Concern over child marriage among vulnerable girls in Jordan
AMMAN, Jordan, 16 July 2014: Yasmine* is 16-years old and has been married for 9-months. “When I was younger I was dreaming about being a fashion designer but for now I can’t achieve that because of my situation,” she says. Her husband is 24-years old and they are expecting their first child.
“I’m five months pregnant now. Sometimes I feel angry, I think it’s because of the physical changes in my body that also affect my feelings,” she says.
Yasmine is a Syrian refugee living in Jordan. She has been in the country for two years. School is a distant memory and motherhood an imminent reality. While her story relates specifically to the conflict in Syria, a new study on early marriage in Jordan, launched today, shows that the practice of early marriage in Jordan shows no sign of abating.
Of all registered marriages in Jordan for 2013, 13% involved a girl less than 18 years of age - a figure that has remained relatively consistent for the past decade. This means more than 9,600 young girls married early and there has been little or no progress in reducing the number of cases.
Among Syrian refugees living in the country, the rate of child marriages has risen from 18% of total marriages in 2012 to 25% in 2013. Newly released figures now show that this rate has further increased to 32% in the first quarter of 2014. The pre-war figure inside Syria included an average of 13% of marriages as involving an under 18-year old.
According to Yasmine’s mother, marrying young is not uncommon for Syrian girls but the increase is a result of many children dropping out of school earlier due to the crisis and once a teenage girl is at home they will receive marriage proposals.
UNICEF Jordan Representative, Robert Jenkins, highlights how child marriage can have immediate and life-long implications, “Girls that marry before 18 years of age are at increased risk of complications during pregnancy and of being victims of abuse. They also have more limited economic opportunities due to loss of schooling and can get trapped in a vicious cycle of poverty.”
The report highlights the common factors for child marriage in Jordan as; alleviating poverty or the burden of a large family with many daughters; providing protection for young girls; continuing traditions (cultural or family); and serving as an escape for girls living in an abusive home environment.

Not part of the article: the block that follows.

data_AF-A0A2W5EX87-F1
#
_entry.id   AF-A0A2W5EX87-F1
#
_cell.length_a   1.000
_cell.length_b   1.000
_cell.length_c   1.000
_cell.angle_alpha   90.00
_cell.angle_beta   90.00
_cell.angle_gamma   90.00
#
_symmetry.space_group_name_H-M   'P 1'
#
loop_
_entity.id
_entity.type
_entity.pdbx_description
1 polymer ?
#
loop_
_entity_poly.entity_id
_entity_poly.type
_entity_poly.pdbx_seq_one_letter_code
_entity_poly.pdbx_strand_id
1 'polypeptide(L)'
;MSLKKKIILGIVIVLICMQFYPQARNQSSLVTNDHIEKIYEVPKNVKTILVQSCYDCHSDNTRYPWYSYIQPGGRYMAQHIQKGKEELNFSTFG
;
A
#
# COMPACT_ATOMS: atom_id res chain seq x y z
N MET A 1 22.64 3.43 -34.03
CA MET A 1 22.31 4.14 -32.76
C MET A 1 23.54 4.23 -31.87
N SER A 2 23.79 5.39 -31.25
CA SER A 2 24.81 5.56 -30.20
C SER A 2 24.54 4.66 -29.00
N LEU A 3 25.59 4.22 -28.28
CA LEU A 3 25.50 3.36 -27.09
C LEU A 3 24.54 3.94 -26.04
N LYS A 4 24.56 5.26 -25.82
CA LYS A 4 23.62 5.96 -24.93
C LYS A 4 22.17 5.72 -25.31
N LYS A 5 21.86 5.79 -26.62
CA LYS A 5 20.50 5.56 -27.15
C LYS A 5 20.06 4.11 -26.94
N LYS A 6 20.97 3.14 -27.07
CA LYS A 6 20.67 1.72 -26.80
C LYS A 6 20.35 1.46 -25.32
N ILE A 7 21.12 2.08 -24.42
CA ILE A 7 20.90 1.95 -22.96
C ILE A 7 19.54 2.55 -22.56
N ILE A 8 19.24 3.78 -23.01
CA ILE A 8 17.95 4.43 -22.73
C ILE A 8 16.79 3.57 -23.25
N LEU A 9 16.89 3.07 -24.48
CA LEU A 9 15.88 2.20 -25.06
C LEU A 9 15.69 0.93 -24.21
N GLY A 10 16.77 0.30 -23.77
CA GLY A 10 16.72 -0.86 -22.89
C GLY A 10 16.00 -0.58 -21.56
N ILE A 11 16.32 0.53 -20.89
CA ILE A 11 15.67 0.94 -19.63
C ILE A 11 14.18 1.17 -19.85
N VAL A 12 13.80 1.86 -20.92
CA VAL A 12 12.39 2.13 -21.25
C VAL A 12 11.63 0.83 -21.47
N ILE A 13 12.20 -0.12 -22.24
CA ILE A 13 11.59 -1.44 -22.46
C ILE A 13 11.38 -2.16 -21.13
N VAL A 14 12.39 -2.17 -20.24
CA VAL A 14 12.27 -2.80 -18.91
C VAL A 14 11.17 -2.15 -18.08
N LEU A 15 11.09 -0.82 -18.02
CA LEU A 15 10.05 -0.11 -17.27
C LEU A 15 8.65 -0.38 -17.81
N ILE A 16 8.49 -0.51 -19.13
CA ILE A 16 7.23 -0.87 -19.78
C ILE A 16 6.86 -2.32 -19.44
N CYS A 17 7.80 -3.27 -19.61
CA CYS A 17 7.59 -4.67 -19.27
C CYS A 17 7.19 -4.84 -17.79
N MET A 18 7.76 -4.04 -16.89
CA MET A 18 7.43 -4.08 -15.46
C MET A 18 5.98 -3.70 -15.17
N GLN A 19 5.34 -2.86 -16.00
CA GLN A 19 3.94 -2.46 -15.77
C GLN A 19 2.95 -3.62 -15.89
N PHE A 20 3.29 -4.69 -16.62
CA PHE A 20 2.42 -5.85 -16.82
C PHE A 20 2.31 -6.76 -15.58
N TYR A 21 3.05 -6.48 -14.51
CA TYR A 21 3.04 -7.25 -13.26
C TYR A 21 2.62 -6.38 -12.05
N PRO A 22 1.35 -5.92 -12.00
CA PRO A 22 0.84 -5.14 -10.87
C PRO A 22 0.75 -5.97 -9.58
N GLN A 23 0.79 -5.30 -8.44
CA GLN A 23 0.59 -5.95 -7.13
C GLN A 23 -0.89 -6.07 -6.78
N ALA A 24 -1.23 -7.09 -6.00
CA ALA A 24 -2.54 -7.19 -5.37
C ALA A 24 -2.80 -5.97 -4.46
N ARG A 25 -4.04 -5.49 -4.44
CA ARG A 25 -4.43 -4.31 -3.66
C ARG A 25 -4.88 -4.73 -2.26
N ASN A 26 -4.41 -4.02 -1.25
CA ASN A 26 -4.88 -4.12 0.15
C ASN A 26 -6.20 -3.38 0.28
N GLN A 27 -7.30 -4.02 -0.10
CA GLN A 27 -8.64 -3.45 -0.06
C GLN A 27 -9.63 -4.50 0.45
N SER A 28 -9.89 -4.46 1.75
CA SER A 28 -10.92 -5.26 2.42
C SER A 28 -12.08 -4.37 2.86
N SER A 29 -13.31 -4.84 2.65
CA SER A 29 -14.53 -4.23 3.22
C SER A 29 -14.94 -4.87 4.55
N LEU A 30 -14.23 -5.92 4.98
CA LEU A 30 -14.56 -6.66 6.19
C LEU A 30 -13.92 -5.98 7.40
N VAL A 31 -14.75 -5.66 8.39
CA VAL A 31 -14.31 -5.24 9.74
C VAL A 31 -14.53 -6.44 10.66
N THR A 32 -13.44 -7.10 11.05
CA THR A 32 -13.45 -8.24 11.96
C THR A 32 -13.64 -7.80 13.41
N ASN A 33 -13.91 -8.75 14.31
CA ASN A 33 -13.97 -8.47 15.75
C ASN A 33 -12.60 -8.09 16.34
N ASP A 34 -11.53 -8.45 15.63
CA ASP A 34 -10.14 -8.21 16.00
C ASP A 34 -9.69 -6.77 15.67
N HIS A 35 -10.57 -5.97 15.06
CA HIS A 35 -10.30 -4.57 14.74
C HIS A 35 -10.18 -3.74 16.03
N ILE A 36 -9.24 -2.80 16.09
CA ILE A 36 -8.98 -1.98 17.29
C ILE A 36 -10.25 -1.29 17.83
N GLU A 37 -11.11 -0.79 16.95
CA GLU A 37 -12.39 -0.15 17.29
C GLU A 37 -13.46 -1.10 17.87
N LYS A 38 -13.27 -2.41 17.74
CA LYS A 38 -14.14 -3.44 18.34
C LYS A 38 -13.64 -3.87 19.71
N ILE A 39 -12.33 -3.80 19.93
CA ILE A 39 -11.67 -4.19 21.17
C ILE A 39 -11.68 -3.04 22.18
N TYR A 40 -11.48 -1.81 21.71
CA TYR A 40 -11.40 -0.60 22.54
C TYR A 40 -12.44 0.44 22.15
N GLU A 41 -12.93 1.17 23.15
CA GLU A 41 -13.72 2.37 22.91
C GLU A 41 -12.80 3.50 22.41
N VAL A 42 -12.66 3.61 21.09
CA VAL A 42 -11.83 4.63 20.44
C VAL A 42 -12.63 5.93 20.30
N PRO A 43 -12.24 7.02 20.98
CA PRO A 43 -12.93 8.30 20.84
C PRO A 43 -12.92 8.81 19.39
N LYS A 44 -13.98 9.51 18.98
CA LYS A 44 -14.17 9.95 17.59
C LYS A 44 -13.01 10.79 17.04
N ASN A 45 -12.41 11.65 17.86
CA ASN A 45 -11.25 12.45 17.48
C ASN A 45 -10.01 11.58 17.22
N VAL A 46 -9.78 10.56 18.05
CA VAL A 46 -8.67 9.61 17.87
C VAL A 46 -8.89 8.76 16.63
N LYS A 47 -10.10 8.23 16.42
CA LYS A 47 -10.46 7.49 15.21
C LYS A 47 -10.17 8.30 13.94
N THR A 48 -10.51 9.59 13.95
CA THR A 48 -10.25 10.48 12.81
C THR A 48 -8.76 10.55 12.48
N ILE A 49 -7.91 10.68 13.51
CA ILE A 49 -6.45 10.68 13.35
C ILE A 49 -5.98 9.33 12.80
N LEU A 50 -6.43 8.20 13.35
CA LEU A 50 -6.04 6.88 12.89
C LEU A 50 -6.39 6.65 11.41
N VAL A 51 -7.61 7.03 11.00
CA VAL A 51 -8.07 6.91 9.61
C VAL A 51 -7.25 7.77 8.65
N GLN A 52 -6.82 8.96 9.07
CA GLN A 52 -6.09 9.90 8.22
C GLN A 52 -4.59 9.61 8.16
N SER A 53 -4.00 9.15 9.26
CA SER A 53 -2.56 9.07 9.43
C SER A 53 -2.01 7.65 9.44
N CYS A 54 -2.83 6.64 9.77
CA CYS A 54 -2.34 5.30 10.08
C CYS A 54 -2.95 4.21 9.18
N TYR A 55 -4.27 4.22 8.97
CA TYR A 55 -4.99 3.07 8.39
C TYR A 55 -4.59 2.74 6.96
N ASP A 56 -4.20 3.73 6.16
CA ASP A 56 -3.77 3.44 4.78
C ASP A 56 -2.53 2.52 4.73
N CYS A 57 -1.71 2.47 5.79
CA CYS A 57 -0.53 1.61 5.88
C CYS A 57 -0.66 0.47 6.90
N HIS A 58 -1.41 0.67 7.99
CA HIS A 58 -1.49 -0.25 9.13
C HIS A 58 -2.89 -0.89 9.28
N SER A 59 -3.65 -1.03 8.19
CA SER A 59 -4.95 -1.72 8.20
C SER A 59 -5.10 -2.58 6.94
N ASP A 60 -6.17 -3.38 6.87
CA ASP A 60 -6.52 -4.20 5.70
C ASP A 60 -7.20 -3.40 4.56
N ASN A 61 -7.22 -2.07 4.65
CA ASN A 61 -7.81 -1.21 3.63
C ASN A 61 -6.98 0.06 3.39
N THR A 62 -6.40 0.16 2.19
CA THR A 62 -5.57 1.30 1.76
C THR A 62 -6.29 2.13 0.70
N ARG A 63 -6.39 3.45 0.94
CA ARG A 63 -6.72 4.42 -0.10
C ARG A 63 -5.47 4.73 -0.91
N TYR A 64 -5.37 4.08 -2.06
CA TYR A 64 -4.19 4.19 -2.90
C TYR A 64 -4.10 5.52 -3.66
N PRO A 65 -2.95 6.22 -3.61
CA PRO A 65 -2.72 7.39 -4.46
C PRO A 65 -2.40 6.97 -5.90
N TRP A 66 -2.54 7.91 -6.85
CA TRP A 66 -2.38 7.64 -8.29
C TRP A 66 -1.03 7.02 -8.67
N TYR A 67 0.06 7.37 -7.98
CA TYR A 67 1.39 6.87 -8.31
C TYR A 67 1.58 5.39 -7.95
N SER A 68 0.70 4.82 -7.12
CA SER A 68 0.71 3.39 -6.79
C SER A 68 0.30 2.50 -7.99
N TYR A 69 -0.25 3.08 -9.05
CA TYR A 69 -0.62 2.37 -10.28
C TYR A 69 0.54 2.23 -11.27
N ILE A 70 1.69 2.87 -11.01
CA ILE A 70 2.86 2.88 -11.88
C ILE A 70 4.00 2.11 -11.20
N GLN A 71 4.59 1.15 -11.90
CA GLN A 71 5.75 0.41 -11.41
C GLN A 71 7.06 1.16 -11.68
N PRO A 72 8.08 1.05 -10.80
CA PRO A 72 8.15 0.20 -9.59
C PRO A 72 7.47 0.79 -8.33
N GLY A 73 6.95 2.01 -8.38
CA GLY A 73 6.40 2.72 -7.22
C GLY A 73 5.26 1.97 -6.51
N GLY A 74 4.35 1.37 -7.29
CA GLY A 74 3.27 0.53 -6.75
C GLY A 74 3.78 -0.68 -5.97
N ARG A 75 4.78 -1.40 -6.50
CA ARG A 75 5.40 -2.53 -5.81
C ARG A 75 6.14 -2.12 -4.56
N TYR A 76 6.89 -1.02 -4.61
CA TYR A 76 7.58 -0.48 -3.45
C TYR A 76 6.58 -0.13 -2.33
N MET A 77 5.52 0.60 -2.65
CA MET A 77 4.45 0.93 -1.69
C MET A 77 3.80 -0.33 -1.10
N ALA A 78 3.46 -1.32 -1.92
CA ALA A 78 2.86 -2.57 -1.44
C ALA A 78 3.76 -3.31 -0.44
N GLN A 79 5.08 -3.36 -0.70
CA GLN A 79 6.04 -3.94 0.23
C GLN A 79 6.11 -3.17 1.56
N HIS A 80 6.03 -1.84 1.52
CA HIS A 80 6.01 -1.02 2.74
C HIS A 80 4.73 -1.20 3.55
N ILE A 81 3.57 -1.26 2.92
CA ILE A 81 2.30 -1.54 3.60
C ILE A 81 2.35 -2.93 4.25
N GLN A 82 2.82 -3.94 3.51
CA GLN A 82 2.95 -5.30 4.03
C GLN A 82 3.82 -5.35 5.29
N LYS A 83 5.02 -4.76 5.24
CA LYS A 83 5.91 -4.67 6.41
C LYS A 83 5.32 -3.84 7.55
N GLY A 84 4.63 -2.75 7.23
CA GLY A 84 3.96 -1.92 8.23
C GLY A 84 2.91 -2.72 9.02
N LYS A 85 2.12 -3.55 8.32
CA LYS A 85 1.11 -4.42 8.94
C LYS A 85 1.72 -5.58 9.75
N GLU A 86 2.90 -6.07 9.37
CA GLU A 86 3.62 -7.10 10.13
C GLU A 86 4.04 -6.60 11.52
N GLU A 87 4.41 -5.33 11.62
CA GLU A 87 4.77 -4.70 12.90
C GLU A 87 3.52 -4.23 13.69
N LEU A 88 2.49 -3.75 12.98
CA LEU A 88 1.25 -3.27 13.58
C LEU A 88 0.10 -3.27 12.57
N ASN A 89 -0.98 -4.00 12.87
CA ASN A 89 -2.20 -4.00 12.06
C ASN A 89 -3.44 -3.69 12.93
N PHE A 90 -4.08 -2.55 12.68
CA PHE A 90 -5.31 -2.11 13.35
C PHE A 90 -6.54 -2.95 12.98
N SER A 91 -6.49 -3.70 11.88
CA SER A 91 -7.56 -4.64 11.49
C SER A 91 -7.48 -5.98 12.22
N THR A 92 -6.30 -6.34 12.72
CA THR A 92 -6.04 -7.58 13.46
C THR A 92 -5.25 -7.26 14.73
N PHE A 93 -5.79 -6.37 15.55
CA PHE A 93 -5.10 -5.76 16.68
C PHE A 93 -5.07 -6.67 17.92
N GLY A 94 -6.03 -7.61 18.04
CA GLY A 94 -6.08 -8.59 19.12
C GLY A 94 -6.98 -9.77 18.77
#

Jordanian law puts the legal minimum age of marriage for girls and boys at 18. However, those under 18 may get married under special conditions. UNICEF advocates to uphold, in line with international standards, the minimum legal age of marriage at 18 for both boys and girls.
UNICEF works with sister UN agencies, international NGOs, local partners, schools staff, parents and religious leaders to identify and prevent cases of child marriage, as well as to support those who have married early.
Promoting education, providing safe and protective spaces where girls can discuss their issues and talking with parents, community and religious leaders all play a role in addressing child marriage.
For those at risk of child marriage, UNICEF and its partners empower girls through providing vocational training, psychosocial support and life skills that can highlight options other than marrying early.
Child marriage is defined as a formal marriage or informal union before the age of 18. Girls are disproportionately the most affected. Evidence suggests that girls who have little or no education are up to six times more likely to marry as children compared with girls with secondary schooling. Completing just one more year of school can increase the ability to earn a better salary by 15 to 20%.
Yasmine hasn’t given up on her dream of being a fashion designer. “I would like to enrol in a course in the future but we will see,” she says. But her childhood has been cut short – soon she will be a mother.
*Name changed to protect identity
UNICEF works in more than 190 countries and territories to help children survive and thrive, from early childhood through adolescence. The world’s largest provider of vaccines for developing countries, UNICEF supports child health and nutrition, good water and sanitation, quality basic education for all boys and girls, and the protection of children from violence, exploitation, and AIDS. UNICEF is funded entirely by the voluntary contributions of individuals, businesses, foundations and governments. For more information about UNICEF and its work visit: www.unicef.org
For more information and interviews please contact:
Fatima Azzeh, UNICEF Jordan, Tel: +962 (0) 797 056 306 – firstname.lastname@example.org Miraj Pradhan, UNICEF Jordan, Tel: +962 (0) 790 214 191 – email@example.com Toby Fricker, UNICEF Jordan, Tel: +962 (0) 796 536 340 – firstname.lastname@example.org